Tuesday, August 10, 2010
The devilishly good local tomato
The lowly tomato has a lot to answer for apparently. Many locavores were launched on their locavore journey by the sad, sad condition of the grocery store tomato. Either they've just come back from Italy, or eaten their own garden tomato, and it hits them: why, oh why, do we buy these tasteless things *called* tomatoes that are so far from the real thing. And every summer I go through the same revelation. Today I ate my first (and so far only) ripe tomato from my roof top garden (okay, my handful of containers plopped out on the roof). Boy was that tomato good. "Mountain Princess" it was called and I had bought the seedling from David at Amarosia farms a couple months back. Today was a veritable feast of tomatoes since I had also bought a quart from David on the weekend and today I turned some of them into my favourite quick pasta dish which was almost entirely made up of Maritime ingredients: you boil some rotini (okay, not Maritime - although there are sources of handmade pasta here, Sisters in the Saint John market, and another pasta maker in Dieppe market); sautee some tomatoes (Amarosia's tomatoes, beautiful, small, sweet, a hint of lemon flavour?) in oil (organic canola from Quebec) with garlic (Amarosia's organic), and toss the pasta and tomatoes with feta (from Homestead in NS - and available at the Super Store), and basil (from my rooftop, organic, plants from Northern Arrow farms, Kingston Market), and finally throw in some olives (okay, on this one I admit defeat but hey, the point is to source as *much* locally as possible not absolutely everything, unless you're a real diehard.) To die for. The whole dish was accompanied by a salad of local greens, cukes and cilantro dressed only with the most amazing canola oil I've ever had. I cracked open a new bottle of Fox Mill Organic canola oil from NS that I had picked up at Winterwood in Sussex (but also available at True Foods in F'ton). It has the most beautiful flavour, almost walnutty. Really, hunt it down and try it out.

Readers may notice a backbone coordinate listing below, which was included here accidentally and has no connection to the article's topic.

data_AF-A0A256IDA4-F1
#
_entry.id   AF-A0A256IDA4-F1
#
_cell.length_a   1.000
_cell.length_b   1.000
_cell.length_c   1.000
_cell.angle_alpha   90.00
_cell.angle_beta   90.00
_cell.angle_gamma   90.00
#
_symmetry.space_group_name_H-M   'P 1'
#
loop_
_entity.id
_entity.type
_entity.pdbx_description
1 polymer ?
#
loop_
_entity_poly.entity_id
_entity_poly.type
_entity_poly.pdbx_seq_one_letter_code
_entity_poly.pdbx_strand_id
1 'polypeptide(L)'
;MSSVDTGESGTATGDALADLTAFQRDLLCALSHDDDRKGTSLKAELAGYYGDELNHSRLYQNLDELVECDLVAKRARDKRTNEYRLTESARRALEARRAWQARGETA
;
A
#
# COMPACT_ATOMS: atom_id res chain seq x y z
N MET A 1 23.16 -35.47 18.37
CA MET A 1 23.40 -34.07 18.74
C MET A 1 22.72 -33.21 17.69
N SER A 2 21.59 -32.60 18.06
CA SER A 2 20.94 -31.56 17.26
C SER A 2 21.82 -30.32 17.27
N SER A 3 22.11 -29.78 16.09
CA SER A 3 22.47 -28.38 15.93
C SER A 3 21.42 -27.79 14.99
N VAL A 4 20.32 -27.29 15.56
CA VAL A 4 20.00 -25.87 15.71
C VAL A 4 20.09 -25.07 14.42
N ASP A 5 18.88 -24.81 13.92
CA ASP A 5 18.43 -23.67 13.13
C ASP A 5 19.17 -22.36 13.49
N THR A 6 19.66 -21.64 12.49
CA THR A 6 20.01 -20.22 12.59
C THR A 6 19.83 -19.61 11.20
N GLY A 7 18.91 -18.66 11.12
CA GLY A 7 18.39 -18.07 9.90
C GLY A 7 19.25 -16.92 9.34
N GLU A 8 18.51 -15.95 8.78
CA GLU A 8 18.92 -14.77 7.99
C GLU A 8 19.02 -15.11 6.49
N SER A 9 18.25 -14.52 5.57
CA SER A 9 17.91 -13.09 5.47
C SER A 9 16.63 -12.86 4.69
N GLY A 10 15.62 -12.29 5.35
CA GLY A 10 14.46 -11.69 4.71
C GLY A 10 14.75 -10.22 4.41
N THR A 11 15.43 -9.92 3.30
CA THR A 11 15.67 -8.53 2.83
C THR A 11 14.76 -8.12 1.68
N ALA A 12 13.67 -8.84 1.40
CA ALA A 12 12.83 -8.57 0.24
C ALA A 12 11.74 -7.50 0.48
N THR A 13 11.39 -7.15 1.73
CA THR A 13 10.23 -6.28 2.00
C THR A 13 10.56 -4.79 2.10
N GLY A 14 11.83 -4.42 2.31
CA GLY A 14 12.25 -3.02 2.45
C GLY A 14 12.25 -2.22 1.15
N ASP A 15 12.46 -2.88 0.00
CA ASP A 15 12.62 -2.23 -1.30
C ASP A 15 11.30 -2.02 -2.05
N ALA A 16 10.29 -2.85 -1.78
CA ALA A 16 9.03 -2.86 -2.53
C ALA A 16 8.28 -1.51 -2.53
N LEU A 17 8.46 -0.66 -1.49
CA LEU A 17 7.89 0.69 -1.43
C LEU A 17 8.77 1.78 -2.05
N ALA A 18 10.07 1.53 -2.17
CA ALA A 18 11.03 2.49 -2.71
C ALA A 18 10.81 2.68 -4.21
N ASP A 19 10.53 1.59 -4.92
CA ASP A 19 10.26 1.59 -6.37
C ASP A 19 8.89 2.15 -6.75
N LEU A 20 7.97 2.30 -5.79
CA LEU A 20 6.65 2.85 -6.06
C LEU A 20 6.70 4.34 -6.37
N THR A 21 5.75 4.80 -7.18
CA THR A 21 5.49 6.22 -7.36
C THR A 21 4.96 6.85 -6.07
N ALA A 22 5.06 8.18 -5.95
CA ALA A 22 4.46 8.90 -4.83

It really is a great moment when the tomatoes start coming in and we are reminded so forcefully of why local is better - it *tastes* so much better to start with. When I checked on canned tomatoes and pesticide residues using the "what's on my food" button above - the canned variety came out not too bad, in comparison to the fresh (which had 30+ residues, while canned had 8). So canned doesn't look like a terrible option until you investigate the salt question. You may have noticed that the government just brought in "voluntary" guidelines on salt in Canadian processed food since we discovered that most of us are getting 2-3 times the recommended daily allowance, which in turn is contributing to heart disease, stroke, etc. But some 77% of the salt we're getting comes from processed foods (including innocent looking things like breakfast cereal, and "healthy" soups). In other words, we don't have a lot of personal control over our salt intake. So, back to the tomato question. If we don't go for canned, what do we do? My "Beginner's Guide to Preserving Food at Home" says you can freeze them (wash and core them and freeze them on a cookie sheet before packaging) but canning is much better, although I've also heard that this can be dicey unless done right. You have to add acid (citric acid or lemon juice) to tomatoes to can them for starters or they will definitely go off. Drying them is another option if you have one of those dehydrator thingies. And my guidebook also has a way of making those "last of the season" green ones last for up to 6 weeks ripening under layered newspaper and kept in a cellar. Maybe I'll just try canning some tomato sauces this year and see how it goes. But if you have hints, let me know. The basil is just going wild as well so I guess I'll also have to learn to make pesto too.... (and now that I've discovered that both Armadale and Jolly Farmer make parmesan I can make a pretty local variety too!)